# Evaluating Elevator Passenger Average Traveling Time under Incoming Traffic Conditions Using Analytical Formulae and Monte Carlo Method

Figure 1: Round-trip time for a 16-floor building for both constant and Poison arrival passenger models
###### by Dr. Lutfi Al-Sharif, Osama F. Abdel Aal and Ahmad M. Abu Alqumsan

Monte Carlo simulation is a powerful tool used in calculating the value of a variable that is dependent on a number of random input variables. For this reason, it can be successfully used when calculating the round-trip time of an elevator, where some of the inputs are random and follow preset probability-distribution functions. The most obvious random inputs are the number of passengers boarding the car in one round trip, their origins (in the case of multiple entrances) and their destinations.

Monte Carlo simulation has been used to evaluate the elevator round-trip time under up-peak traffic conditions. Its main advantage over analytical formula-based methods is that it can deal with all special conditions in a building without the need for evaluating new special formulae. A combination of all of the following special conditions can be dealt with: unequal floor population, unequal floor heights, multiple entrances and top speed not attained in one floor jump. Moreover, this can be done without loss of accuracy by setting the number of runs to the appropriate value.

This paper extends the previous work on Monte Carlo simulation in relation to two aspects: the passenger-arrival-process model and the passenger average traveling time.

The software is developed using MATLAB. The results for the average traveling time are compared to analytical formulae (such as that by So. et al.[4] The results showing the effect of the Poisson arrival process on the value of the elevator round-trip time are also analyzed.

The advantage of this method over analytical methods is again demonstrated by showing how it can deal with the combination of all the special conditions without the loss of accuracy (five conditions if the passenger arrival model is added as Poisson).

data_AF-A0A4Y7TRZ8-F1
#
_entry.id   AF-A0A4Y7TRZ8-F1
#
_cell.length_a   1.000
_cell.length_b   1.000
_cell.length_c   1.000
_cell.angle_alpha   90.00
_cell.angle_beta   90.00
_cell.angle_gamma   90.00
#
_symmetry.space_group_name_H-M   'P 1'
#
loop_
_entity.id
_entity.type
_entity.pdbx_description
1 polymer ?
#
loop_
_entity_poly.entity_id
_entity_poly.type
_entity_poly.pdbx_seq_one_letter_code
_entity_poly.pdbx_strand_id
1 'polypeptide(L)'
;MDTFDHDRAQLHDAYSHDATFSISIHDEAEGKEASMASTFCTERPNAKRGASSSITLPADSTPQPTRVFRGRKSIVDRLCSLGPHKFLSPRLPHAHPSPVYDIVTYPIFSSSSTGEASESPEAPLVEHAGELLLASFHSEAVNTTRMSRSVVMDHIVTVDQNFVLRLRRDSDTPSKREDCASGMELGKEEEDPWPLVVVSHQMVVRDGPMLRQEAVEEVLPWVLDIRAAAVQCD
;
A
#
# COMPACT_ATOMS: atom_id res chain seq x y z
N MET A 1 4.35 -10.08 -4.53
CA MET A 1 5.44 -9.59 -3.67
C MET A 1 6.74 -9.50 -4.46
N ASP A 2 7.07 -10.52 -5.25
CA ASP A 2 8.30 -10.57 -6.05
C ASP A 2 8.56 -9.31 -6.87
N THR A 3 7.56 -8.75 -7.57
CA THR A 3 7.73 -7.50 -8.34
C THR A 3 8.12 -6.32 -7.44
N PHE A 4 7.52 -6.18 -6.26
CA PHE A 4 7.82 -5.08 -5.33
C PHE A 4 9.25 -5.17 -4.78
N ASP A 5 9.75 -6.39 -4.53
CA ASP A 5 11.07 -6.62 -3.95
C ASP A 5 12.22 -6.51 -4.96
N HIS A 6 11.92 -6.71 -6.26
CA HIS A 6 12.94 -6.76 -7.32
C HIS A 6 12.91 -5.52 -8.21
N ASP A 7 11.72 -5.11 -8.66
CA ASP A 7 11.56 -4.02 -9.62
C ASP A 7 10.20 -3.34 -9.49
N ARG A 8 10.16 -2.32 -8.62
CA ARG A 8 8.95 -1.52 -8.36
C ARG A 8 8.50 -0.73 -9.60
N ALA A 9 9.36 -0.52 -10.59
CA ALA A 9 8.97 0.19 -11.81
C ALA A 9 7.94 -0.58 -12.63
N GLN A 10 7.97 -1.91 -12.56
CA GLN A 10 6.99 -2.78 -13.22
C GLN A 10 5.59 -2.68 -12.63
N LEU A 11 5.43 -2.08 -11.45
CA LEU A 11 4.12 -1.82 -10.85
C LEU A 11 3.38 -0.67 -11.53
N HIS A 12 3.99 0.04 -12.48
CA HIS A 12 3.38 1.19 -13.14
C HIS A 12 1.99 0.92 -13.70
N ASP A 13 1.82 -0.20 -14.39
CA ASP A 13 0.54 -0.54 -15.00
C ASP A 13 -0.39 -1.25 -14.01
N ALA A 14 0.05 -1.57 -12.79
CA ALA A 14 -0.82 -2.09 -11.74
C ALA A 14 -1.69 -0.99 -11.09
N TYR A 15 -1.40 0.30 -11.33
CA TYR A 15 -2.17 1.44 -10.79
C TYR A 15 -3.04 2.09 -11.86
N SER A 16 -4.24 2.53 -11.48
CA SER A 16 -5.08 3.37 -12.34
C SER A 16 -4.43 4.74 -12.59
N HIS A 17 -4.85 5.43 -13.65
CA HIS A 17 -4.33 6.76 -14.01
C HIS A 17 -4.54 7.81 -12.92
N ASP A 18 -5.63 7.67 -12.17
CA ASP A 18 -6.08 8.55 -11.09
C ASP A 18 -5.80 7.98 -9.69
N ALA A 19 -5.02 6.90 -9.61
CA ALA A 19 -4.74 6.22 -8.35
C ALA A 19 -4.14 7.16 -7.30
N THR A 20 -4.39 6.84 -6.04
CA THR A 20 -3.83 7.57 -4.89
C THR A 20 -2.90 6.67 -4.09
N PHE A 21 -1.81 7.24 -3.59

The issues of convergence, accuracy and running time are discussed in relation to the practicality of the method.

### Introduction

Monte Carlo simulation can be used to evaluate the output value for problems that have a number of random inputs, whereby the probability density functions of the input random variables are known. By generating instances of the random input variable in the form of scenarios and running a large number of scenarios, the expected value of the output of interest can be found by taking the average value of all the scenarios. Scenarios in this paper will be referred to as “trials.”

Monte Carlo simulation has been effectively used to evaluate the round-trip time under up-peak traffic conditions,[1] in finding an optimum parking policy,[2] as well as generating passengers for the purposes of simulating.[3] It offers an advantage over conventional equation-based methods where special conditions exist, such as unequal floor heights, unequal floor populations, top speed not attained in one journey and multiple entrances.

In order to verify the results of the method, an equation is developed to calculate att under up-peak traffic conditions, assuming top speed is attained in one floor journey, a single entrance and equal floor heights. The Monte Carlo simulation results for the att are then compared to the equation developed.[4] The equation is then extended in order to cover the case of unequal floor heights.

Analytical methods for elevator traffic analysis have been extensively covered[5-8] and include the Poisson passenger arrival model,[9-12] the case of the top speed not attained in one floor journey,[13] the case of multiple entrances[14] and discrete time-slice simulation-based methods.[15]

In order to ensure consistency and clarity of the interpretation of the results, the following definitions will be used throughout this paper:

• awt: the average waiting time will be defined as the period from passenger arrival in the lobby until the passenger starts to board the car. Thus, based on this definition, the awt does not include the passenger boarding time.
• att: the average traveling time will be defined as the period from the time the passenger starts to board the car until the passenger has left the car at the destination floor. Thus, based on this definition, the att does include the passenger boarding time. It also includes the passenger alighting time at the destination.

The equation for the att is derived in Derivation of the Equation for the Average Traveling Time. Verification of this equation using the Monte Carlo simulation method is examined in Verification. The equation is then further adjusted for the case of unequal floor heights in Case of Unequal Floor Heights. The effect of the Poisson passenger arrival model is analyzed in The Effect of the Poisson Passenger Arrival Model. A practical elevator-system design example is given in Practical Example. Notes on convergence are presented in Notes on Convergence of the Monte Carlo Simulator. Conclusions are presented in the final section.

### Derivation of the Equation for the ATT

An equation for the att has been developed in “New Formula for Estimating Average Travel Time.”[4] The equation derived in this section uses a different approach and is in accordance with the definitions presented earlier.